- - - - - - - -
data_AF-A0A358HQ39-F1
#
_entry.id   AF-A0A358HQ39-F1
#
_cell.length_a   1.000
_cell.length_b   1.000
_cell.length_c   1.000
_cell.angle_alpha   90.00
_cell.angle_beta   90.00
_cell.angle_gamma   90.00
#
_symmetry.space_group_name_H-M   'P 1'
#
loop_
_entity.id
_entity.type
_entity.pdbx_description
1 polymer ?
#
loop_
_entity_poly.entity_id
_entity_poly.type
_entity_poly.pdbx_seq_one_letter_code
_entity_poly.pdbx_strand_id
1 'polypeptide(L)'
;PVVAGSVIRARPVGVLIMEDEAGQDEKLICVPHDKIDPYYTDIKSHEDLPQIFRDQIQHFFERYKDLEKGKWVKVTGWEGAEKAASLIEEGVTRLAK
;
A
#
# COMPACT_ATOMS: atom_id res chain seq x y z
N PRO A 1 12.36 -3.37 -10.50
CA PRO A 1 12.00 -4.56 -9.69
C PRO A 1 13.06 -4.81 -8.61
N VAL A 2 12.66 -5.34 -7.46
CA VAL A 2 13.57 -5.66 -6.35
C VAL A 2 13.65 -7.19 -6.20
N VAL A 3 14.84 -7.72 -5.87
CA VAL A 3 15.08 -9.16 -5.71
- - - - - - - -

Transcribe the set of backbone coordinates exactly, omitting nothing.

data_AF-A0A358HQ39-F1
#
_entry.id   AF-A0A358HQ39-F1
#
_cell.length_a   1.000
_cell.length_b   1.000
_cell.length_c   1.000
_cell.angle_alpha   90.00
_cell.angle_beta   90.00
_cell.angle_gamma   90.00
#
_symmetry.space_group_name_H-M   'P 1'
#
loop_
_entity.id
_entity.type
_entity.pdbx_description
1 polymer ?
#
loop_
_entity_poly.entity_id
_entity_poly.type
_entity_poly.pdbx_seq_one_letter_code
_entity_poly.pdbx_strand_id
1 'polypeptide(L)'
;PVVAGSVIRARPVGVLIMEDEAGQDEKLICVPHDKIDPYYTDIKSHEDLPQIFRDQIQHFFERYKDLEKGKWVKVTGWEGAEKAASLIEEGVTRLAK
;
A
#
# COMPACT_ATOMS: atom_id res chain seq x y z
N PRO A 1 12.36 -3.37 -10.50
CA PRO A 1 12.00 -4.56 -9.69
C PRO A 1 13.06 -4.81 -8.61
N VAL A 2 12.66 -5.34 -7.46
CA VAL A 2 13.57 -5.66 -6.35
C VAL A 2 13.65 -7.19 -6.20
N VAL A 3 14.84 -7.72 -5.87
CA VAL A 3 15.08 -9.16 -5.71